2000-01-01

    A new, thermal-flow simulation code, called SFLOW. has been developed to model the gas dynamics, heat transfer, as well as O-ring and flow path erosion inside the space shuttle solid rocket motor joints by combining SINDA/Glo, a commercial thermal analyzer. and SHARPO, a general-purpose CFD code developed at Thiokol Propulsion. SHARP was modified so that friction, heat transfer, mass addition, as well as minor losses in one-dimensional flow can be taken into account. The pressure, temperature and velocity of the combustion gas in the leak paths are calculated in SHARP by solving the time-dependent Navier-Stokes equations while the heat conduction in the solid is modeled by SINDA/G. The two codes are coupled by the heat flux at the solid-gas interface. A few test cases are presented and the results from SFLOW agree very well with the exact solutions or experimental data. These cases include Fanno flow where friction is important, Rayleigh flow where heat transfer between gas and solid is important, flow with mass addition due to the erosion of the solid wall, a transient volume venting process, as well as some transient one-dimensional flows with analytical solutions. In addition, SFLOW is applied to model the RSRM nozzle joint 4 subscale hot-flow tests and the predicted pressures, temperatures (both gas and solid), and O-ring erosions agree well with the experimental data. It was also found that the heat transfer between gas and solid has a major effect on the pressures and temperatures of the fill bottles in the RSRM nozzle joint 4 configuration No. 8 test.

  8. Using noble gas tracers to constrain a groundwater flow model with recharge elevations: A novel approach for mountainous terrain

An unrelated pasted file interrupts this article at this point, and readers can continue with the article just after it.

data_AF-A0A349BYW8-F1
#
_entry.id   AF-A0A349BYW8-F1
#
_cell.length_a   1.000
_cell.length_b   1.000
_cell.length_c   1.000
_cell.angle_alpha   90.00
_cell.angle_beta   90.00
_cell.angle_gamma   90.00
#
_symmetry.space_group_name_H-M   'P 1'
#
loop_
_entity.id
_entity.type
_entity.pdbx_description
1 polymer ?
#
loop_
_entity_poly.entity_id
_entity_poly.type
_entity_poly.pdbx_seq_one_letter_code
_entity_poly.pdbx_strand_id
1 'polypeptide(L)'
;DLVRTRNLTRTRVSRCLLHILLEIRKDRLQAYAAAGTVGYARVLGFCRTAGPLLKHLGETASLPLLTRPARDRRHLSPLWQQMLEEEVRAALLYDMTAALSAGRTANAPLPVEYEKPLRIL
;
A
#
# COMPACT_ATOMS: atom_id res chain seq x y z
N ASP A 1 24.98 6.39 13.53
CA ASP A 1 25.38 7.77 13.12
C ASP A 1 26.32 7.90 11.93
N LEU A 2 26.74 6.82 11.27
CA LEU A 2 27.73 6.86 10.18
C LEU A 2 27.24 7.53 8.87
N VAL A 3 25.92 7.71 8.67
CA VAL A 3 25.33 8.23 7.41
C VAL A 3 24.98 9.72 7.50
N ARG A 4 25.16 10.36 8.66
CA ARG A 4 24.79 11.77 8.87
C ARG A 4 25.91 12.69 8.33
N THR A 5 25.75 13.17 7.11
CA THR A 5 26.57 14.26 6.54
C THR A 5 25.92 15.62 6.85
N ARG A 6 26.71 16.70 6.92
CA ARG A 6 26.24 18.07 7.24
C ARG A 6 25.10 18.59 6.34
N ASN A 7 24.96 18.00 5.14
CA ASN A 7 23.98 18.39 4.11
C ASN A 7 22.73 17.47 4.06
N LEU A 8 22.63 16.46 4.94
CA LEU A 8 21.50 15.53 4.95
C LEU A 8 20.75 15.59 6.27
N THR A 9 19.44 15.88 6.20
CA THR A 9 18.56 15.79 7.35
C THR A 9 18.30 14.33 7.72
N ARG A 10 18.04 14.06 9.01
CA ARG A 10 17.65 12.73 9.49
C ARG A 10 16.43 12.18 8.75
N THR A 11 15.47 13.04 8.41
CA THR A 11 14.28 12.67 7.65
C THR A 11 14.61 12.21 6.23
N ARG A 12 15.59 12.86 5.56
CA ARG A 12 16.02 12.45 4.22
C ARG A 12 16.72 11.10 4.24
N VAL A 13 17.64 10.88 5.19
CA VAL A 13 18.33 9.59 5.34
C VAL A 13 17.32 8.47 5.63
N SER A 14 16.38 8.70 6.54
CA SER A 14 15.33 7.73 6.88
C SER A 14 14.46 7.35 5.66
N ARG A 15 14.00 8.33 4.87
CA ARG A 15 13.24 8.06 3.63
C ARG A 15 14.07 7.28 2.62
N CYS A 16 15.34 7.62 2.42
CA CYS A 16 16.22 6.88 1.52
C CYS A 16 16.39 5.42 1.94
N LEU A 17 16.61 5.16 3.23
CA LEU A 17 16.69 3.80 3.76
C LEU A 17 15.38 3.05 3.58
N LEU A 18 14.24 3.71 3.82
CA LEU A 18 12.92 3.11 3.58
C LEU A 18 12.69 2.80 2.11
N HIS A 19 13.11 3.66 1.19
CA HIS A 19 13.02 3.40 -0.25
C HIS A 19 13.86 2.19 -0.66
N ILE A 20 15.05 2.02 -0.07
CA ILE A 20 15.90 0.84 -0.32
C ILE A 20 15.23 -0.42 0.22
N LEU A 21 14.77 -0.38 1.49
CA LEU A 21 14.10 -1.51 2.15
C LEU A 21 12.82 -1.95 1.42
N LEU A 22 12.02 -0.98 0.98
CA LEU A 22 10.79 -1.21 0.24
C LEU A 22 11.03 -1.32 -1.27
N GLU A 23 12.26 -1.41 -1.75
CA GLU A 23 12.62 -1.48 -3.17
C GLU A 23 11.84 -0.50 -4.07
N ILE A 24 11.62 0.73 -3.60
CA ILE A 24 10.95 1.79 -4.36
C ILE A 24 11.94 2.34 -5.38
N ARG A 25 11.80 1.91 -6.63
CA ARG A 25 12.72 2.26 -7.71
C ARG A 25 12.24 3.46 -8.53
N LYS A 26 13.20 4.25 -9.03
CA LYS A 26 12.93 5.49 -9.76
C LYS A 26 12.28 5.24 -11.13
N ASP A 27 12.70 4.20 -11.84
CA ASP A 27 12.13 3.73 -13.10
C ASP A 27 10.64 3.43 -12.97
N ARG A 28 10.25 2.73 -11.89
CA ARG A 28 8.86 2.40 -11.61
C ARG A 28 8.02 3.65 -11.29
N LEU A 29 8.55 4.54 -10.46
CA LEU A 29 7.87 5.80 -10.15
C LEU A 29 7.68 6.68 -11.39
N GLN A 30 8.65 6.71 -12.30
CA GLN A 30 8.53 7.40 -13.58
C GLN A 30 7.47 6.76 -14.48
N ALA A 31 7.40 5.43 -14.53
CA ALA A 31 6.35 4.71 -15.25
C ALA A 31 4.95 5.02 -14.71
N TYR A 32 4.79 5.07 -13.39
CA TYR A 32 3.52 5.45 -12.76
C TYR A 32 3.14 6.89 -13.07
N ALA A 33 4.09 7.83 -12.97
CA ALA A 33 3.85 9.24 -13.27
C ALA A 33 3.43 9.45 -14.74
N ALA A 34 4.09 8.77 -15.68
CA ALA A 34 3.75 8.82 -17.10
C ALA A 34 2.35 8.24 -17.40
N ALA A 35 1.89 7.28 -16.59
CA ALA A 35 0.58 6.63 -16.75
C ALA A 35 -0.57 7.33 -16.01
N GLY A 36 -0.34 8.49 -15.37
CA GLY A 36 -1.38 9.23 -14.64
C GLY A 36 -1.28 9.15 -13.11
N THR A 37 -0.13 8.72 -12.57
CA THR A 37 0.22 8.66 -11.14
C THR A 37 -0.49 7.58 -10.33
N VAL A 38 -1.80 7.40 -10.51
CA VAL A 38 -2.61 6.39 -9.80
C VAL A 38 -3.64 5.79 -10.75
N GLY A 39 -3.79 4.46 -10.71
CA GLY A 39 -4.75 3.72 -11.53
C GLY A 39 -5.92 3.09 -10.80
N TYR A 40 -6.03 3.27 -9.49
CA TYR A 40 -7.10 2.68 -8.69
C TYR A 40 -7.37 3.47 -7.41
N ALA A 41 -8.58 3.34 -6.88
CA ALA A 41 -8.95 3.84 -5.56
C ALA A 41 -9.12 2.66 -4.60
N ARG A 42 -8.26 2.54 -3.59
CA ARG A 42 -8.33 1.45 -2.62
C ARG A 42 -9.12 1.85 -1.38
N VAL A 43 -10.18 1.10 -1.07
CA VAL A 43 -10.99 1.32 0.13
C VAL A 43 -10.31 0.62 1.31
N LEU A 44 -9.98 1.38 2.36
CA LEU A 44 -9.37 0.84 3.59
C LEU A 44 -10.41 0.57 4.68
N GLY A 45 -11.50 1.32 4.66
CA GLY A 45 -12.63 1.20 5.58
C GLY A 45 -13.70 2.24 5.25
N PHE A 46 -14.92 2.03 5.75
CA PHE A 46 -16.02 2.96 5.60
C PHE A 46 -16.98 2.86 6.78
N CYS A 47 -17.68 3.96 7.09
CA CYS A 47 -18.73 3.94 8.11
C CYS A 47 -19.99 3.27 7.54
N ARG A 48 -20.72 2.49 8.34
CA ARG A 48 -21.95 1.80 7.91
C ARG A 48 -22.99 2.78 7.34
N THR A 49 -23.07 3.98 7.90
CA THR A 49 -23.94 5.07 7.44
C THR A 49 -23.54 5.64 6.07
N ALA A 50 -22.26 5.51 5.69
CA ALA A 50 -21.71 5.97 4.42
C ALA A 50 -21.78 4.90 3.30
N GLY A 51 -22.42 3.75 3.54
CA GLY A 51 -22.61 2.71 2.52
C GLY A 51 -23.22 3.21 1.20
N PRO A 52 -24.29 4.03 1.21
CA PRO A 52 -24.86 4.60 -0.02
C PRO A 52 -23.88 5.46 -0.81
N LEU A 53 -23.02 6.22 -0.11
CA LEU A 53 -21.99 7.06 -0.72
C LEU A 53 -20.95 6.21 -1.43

USGS Publications Warehouse

    Doyle, Jessica M.; Gleeson, Tom; Manning, Andrew H.; Mayer, K. Ulrich

    2015-01-01

    Environmental tracers provide information on groundwater age, recharge conditions, and flow processes which can be helpful for evaluating groundwater sustainability and vulnerability. Dissolved noble gas data have proven particularly useful in mountainous terrain because they can be used to determine recharge elevation. However, tracer-derived recharge elevations have not been utilized as calibration targets for numerical groundwater flow models. Herein, we constrain and calibrate a regional groundwater flow model with noble-gas-derived recharge elevations for the first time. Tritium and noble gas tracer results improved the site conceptual model by identifying a previously uncertain contribution of mountain block recharge from the Coast Mountains to an alluvial coastal aquifer in humid southwestern British Columbia. The revised conceptual model was integrated into a three-dimensional numerical groundwater flow model and calibrated to hydraulic head data in addition to recharge elevations estimated from noble gas recharge temperatures. Recharge elevations proved to be imperative for constraining hydraulic conductivity, recharge location, and bedrock geometry, and thus minimizing model nonuniqueness. Results indicate that 45% of recharge to the aquifer is mountain block recharge. A similar match between measured and modeled heads was achieved in a second numerical model that excludes the mountain block (no mountain block recharge), demonstrating that hydraulic head data alone are incapable of quantifying mountain block recharge. This result has significant implications for understanding and managing source water protection in recharge areas, potential effects of climate change, the overall water budget, and ultimately ensuring groundwater sustainability.

  9. Gas flow meter and method for measuring gas flow rate

    DOEpatents

    Robertson, Eric P.

    2006-08-01

    A gas flow rate meter includes an upstream line and two chambers having substantially equal, fixed volumes. An adjustable valve may direct the gas flow through the upstream line to either of the two chambers. A pressure monitoring device may be configured to prompt valve adjustments, directing the gas flow to an alternate chamber each time a pre-set pressure in the upstream line is reached. A method of measuring the gas flow rate measures the time required for the pressure in the upstream line to reach the pre-set pressure. The volume of the chamber and upstream line are known and fixed, thus the time required for the increase in pressure may be used to determine the flow rate of the gas. Another method of measuring the gas flow rate uses two pressure measurements of a fixed volume, taken at different times, to determine the flow rate of the gas.